The fight to end violence against women and change the behaviour of men in homes, workplaces and the broader community will continue through the work of passionate volunteers.
Despite the collapse of White Ribbon Australia's business model late last year, the Launceston committee remains dedicated to the global movement, which has seen men and women across the world stand united against violence.
News quickly spread in October that White Ribbon Australia had racked up more than a million dollars in losses in less than two years, and it was expected the organisation would close its doors.
But it only took a month for another organisation to step in and save the day.
Perth-based Communicare acquired White Ribbon Australia's intellectual property and remaining assets in November, giving hope to committees across the country.
Tasmanian ambassador, Launceston committee member and Tasmania Fire Service regional northern chief Jeff Harper said 2020 was about maintaining the true message behind White Ribbon - respecting others.
"We support the acquisition, which will hopefully see the policies and strategies of White Ribbon International being put forward into communities in Australia," he said.
"We are looking forward to working with them and seeing how closely they can work with local committees."
Having been an ambassador for nearly a decade, Mr Harper has seen changes both in the community and within Tasmania Fire Service.
"When I became an ambassador I had a daughter who was 17 or 18 at the time, and I also worked in a male-dominated environment," he said.
"Within TFS we have seen a change in mess room behaviour, and people actually identifying what's appropriate and what's inappropriate."
Beyond the committees, the organisation encourages men throughout communities to be vocal about violence.
Those who witness violence or disrespectful behaviour and remain silent are a contributing factor to the widespread problem, according to Mr Harper.
"It's those people that don't agree with the behaviour, but don't stand up to it that the message is targeted at," he said.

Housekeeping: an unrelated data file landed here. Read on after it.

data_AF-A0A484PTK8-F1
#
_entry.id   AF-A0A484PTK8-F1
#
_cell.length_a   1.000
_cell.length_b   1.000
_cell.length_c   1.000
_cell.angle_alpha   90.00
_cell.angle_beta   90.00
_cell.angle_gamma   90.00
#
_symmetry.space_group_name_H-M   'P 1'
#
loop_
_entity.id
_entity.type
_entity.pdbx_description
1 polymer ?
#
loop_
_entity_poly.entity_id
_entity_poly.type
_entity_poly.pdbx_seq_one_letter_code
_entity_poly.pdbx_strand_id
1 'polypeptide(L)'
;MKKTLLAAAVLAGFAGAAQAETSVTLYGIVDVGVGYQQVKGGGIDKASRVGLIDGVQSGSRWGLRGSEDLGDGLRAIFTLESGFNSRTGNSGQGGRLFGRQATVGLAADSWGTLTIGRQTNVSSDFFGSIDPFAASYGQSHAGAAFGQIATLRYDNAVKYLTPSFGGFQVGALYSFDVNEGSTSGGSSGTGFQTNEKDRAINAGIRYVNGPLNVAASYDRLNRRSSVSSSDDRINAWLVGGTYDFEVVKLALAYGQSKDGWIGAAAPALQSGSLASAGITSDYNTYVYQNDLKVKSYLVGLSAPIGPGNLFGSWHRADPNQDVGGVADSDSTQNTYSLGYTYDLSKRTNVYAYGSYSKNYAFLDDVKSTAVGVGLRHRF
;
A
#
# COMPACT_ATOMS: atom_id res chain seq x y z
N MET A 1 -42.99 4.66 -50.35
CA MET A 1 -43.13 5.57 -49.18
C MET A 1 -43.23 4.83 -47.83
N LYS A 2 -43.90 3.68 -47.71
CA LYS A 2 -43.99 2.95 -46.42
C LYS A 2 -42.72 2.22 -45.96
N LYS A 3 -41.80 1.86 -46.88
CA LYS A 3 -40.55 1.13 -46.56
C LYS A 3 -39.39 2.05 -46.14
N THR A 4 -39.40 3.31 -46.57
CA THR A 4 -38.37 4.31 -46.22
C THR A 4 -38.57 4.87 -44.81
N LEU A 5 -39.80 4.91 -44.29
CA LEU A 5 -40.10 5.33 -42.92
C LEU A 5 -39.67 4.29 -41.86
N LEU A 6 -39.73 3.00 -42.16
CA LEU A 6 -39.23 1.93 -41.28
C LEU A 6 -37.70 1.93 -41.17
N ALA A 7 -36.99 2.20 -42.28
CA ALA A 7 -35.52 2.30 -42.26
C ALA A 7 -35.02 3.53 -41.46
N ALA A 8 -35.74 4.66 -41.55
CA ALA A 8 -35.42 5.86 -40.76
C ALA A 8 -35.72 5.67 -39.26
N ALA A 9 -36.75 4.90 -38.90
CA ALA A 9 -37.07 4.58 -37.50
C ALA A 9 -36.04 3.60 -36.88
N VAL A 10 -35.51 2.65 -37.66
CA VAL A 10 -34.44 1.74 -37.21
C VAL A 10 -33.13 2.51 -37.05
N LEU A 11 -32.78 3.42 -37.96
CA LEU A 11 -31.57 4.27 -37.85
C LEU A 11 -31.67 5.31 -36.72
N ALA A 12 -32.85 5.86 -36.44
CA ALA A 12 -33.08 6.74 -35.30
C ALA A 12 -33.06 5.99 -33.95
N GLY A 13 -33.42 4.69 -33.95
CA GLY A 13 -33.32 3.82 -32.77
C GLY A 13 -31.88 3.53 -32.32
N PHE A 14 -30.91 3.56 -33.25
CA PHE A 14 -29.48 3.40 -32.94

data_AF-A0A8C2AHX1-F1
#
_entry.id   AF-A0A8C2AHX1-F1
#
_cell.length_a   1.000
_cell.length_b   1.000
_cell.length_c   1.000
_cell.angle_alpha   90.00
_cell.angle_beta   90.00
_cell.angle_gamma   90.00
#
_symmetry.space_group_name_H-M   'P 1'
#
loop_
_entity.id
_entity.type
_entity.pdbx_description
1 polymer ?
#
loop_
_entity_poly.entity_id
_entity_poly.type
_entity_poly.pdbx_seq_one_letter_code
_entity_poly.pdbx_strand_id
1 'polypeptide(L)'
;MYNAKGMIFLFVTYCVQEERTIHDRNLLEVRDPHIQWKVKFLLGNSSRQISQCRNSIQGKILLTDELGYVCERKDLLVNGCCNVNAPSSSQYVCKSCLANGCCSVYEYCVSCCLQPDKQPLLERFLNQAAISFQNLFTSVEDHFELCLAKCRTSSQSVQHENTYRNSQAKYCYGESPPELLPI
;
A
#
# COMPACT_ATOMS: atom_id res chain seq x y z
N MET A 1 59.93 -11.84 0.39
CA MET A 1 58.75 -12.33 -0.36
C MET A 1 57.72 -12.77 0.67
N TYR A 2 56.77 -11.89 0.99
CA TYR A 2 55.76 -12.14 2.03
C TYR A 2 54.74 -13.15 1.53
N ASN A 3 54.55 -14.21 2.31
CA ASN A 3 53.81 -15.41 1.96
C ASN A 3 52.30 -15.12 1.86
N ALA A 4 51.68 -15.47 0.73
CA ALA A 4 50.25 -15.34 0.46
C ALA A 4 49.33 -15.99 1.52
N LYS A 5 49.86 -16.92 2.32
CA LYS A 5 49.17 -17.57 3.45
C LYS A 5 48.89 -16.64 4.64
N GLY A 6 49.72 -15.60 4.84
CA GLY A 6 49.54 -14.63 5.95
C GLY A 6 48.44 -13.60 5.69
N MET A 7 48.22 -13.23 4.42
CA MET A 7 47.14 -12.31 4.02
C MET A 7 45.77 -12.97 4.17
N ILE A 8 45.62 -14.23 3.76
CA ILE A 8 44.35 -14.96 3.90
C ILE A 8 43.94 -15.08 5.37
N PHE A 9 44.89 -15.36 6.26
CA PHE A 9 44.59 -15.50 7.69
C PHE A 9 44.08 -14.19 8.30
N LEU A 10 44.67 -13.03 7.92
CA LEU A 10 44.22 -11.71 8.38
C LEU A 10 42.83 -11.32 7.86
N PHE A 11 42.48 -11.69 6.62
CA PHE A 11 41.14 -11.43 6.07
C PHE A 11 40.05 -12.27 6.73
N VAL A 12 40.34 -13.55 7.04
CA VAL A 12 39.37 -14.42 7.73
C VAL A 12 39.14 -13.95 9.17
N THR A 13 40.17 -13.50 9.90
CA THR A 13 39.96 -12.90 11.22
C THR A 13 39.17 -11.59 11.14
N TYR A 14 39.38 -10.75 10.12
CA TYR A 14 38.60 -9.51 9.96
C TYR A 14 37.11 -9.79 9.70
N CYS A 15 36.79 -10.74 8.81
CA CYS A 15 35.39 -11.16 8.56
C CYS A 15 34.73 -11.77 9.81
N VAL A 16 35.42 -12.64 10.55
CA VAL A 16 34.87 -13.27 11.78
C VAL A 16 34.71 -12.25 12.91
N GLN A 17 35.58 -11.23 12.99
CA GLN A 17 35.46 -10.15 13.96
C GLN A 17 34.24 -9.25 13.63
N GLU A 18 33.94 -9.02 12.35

In Tasmania, there were more than 3500 family violence incidents reported in the last financial year, with nearly 1500 of those reports involving violence against women.
There was a further 2377 incidents described as family arguments, which did not involve direct physical violence.
An annual report released by Tasmania Police for 2018-19 noted an "upward trend in reported family violence incidents over the past five years".
It attributed this increased reporting to a "changing culture in the community, with greater levels of awareness and reduced levels of tolerance for family violence".
This was something Mr Harper agreed with.
"Through conversations people become more comfortable with reporting, and while incidents seem to grow that's just reflective of the unreported incidents being brought to the surface.
"That's what being an ambassador is about for me, walking the walk and making sure respectful behaviour is at the forefront of every conversation.
"Overall with respectful behaviour we still have a way to go, but at least we have started to see the beginnings of change and the conversation is being had.
"It's going to take a generational change."
That generational change is something Tasmania Police Commissioner Darren Hine has been vocal about.
Also a White Ribbon ambassador for the past decade, Commissioner Hine said violence "is never acceptable and is never the victim's fault".
"Family violence is abhorrent, nobody should have to live in fear," he said.
"We are working together with the community and other support organisations to ensure a common understanding that violence against women and children is not OK.
It is police who are first responders, but as a community we are all responsible for putting a stop to family violence.Commissioner Darren Hine
"We must encourage respectful behaviour and speak up against violent behaviour or attitudes that condone it."
The Launceston White Ribbon committee held its first meeting of the year on Friday.
Secretary Carol Fuller said their focus should continue to not only be on family violence, but the "general abuse and sidelining of women and girls".
"While teaching boys and young men respect we also need to teach girls and young women resilience and assertiveness," she said.
"Violence against women by some men is the extreme outward demonstration of a belief that men are entitled, stronger and better than women, which has been perpetuated for centuries by our religion, literature, humour and culture."
As for the direction of the organisation at a national scale, Communicare chief executive Melissa Perry said White Ribbon Australia now had a "sustainable future".
"The White Ribbon movement operates in 60 countries, we couldn't imagine Australia without a White Ribbon campaign," she said.
"White Ribbon Australia aligns with our values and reflects our long-standing commitment to eliminating violence against women and children."
If you or someone you know needs help, the Tasmanian Family Violence Counselling and Support Service is available on 1800 608 122 from 9am until midnight weekdays and 4pm until midnight on weekends and public holidays.
The Safe at Home Family Violence Response and Referral Line is also available on 1800 633 937 or at I800respect.org.au.
In an emergency situation, call triple-0.